Developers have built thousands of apartments in the metro area over the last four years. At what point does supply outstrip demand?
The latest design is a perfect example of what happens when democracy reigns supreme.
City leaders hope the redo will make the street no less than a “centerpiece, a highlight in our country.”
U of M professor David Levinson says there’s no need for us to live with shabby transportation or for government to shell out bigger and bigger subsidies.
How might the so-called autonomous car change our lives — and the shape of the metro area?
The trip through St. Paul’s compact downtown, past state buildings and the Capitol, and the portion that runs through the U of M and over the Mississippi offer pleasant vistas.
One issue: the train line will pass close by the Claremont Apartments, a five-building 318-unit “luxury” development on Smetana Road.
Thrive MSP 2040 is being picked apart, but having a plan for water, parks and so on is way better than not having one.
The movement seeks to recapture communal life. Or rather a nostalgic vision of communal life.
Preliminary figures show the Twin Cities outpacing the suburbs, but who is going where is complicated.
Two recent studies about our urban environment might open our minds to ideas that contradict conventional wisdom.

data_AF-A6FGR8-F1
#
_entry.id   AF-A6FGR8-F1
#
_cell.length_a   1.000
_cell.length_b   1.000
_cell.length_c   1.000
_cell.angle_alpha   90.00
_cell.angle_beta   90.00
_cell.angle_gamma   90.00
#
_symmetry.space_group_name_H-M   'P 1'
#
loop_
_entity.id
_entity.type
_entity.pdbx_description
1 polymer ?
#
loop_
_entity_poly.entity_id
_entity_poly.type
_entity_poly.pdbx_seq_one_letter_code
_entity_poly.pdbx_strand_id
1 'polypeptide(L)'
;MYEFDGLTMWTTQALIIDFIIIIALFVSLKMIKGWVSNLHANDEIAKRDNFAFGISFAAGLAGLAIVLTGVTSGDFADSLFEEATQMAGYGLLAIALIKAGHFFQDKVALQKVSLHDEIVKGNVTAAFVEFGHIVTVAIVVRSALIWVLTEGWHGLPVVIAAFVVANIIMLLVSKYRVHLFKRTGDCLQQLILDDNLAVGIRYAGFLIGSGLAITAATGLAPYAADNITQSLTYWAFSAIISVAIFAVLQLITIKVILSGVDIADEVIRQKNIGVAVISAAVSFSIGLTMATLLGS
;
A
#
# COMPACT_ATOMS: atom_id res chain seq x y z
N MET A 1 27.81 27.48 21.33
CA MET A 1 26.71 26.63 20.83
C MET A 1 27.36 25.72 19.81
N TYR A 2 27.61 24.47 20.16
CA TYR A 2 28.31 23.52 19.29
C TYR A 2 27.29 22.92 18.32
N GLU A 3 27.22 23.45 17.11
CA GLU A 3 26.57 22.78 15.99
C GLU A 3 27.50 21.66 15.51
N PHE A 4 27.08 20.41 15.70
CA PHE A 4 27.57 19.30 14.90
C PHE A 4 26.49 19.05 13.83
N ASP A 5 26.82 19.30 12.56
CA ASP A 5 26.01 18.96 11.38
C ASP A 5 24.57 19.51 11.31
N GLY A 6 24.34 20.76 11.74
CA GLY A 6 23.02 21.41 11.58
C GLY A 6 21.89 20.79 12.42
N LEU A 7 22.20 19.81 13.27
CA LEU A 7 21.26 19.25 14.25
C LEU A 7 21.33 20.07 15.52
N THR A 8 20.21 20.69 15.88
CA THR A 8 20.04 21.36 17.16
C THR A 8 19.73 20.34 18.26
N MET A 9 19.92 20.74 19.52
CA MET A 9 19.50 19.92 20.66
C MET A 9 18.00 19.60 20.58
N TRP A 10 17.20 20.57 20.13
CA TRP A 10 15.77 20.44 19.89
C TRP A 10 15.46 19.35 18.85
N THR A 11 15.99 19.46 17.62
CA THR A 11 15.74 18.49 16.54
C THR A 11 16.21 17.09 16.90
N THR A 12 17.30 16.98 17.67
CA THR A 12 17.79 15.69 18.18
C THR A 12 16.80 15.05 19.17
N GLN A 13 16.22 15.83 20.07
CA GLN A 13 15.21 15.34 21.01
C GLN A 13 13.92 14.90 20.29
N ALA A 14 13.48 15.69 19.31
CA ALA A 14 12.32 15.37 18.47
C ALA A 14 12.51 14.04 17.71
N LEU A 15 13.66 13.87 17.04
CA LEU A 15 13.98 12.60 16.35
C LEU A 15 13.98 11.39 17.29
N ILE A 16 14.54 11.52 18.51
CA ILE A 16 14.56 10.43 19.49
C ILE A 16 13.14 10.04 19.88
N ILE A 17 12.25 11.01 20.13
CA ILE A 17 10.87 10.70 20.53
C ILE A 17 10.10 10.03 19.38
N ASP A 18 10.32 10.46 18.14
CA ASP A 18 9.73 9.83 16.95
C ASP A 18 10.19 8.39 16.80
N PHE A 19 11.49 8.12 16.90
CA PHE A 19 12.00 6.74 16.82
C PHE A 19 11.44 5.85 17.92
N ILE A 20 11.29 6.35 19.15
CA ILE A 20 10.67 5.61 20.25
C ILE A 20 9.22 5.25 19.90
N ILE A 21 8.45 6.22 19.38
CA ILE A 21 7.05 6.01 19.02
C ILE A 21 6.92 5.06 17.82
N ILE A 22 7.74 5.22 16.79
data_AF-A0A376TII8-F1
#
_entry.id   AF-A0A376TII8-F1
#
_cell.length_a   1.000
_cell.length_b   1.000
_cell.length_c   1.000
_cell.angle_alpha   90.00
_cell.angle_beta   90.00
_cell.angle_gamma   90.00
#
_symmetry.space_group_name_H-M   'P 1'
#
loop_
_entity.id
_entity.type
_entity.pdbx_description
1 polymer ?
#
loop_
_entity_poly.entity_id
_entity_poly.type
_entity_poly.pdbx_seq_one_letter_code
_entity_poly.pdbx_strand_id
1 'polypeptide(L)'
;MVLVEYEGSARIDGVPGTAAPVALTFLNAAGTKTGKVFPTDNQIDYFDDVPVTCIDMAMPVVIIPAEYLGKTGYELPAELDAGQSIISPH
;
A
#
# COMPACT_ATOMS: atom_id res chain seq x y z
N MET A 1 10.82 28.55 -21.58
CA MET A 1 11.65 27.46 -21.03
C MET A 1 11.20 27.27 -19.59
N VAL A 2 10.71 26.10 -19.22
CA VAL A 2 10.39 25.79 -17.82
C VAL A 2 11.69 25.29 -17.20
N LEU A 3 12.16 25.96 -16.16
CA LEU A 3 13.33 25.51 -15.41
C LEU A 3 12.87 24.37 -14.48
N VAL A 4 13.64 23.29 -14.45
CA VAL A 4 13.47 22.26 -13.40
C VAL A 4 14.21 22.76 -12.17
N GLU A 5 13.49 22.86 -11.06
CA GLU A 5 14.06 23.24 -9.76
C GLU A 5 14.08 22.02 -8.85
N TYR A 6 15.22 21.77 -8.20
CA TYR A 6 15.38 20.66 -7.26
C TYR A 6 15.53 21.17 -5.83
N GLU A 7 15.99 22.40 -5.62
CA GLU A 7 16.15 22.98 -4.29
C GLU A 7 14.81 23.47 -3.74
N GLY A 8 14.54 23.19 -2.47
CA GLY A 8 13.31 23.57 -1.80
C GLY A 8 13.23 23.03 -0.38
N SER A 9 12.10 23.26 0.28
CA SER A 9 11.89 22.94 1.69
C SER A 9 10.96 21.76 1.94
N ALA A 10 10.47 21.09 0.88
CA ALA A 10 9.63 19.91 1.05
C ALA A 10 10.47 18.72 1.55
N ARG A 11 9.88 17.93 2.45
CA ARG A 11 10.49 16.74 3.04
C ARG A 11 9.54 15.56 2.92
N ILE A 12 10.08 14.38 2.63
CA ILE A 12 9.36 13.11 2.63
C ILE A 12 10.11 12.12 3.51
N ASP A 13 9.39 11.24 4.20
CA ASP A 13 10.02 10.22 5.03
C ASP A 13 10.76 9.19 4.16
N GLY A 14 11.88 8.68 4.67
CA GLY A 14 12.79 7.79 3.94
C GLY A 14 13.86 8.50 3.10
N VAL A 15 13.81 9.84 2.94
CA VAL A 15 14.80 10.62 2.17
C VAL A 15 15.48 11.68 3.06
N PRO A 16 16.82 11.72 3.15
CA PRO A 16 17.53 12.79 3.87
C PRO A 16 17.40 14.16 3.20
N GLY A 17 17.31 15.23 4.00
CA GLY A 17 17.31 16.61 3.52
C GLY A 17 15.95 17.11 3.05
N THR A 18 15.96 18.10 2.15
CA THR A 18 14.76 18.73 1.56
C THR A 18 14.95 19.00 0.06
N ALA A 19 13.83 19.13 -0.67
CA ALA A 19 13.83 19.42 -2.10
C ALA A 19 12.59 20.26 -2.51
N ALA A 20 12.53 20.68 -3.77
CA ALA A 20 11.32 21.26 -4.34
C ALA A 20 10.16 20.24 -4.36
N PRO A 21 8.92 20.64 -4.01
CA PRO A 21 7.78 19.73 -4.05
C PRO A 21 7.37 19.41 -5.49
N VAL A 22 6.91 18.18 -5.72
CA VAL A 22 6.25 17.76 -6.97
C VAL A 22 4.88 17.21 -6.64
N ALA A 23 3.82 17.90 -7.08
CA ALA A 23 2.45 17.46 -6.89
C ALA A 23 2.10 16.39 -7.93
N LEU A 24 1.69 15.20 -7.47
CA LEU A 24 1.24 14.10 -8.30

The feared influx of so-called market-rate housing is occurring along the line, but so far rising costs aren’t displacing low-income residents.
The Legislature this year appropriated a paltry $11.4 million to fix potholes in 87 counties and another $3.6 million for cities.
Time is running short, but a panel of urban notables failed to come up with more than abstract ideas to chew on.
The neighborhood’s vision is an “urban village” that would combine a research park; some industry; new multifamily housing, 20 percent of it low-income; plus park, retail and commercial space.
It’s not clear at this point what elbows the mediator could twist or carrots he could offer to bring the two sides together.
Neuroscience may help explain why so many people remain illogically wedded to their cars.
That was the repeated message conveyed by suburban officials, civil-rights and neighborhood activists about the Metropolitan Council’s housing plans.
The citizens who participate aren’t always representative, and they often don’t consider the greater good — or even what’s in their own long-term interests.
The visionary plan would cover a portion of I-35W in Minneapolis with a park, apartment buildings and commercial space.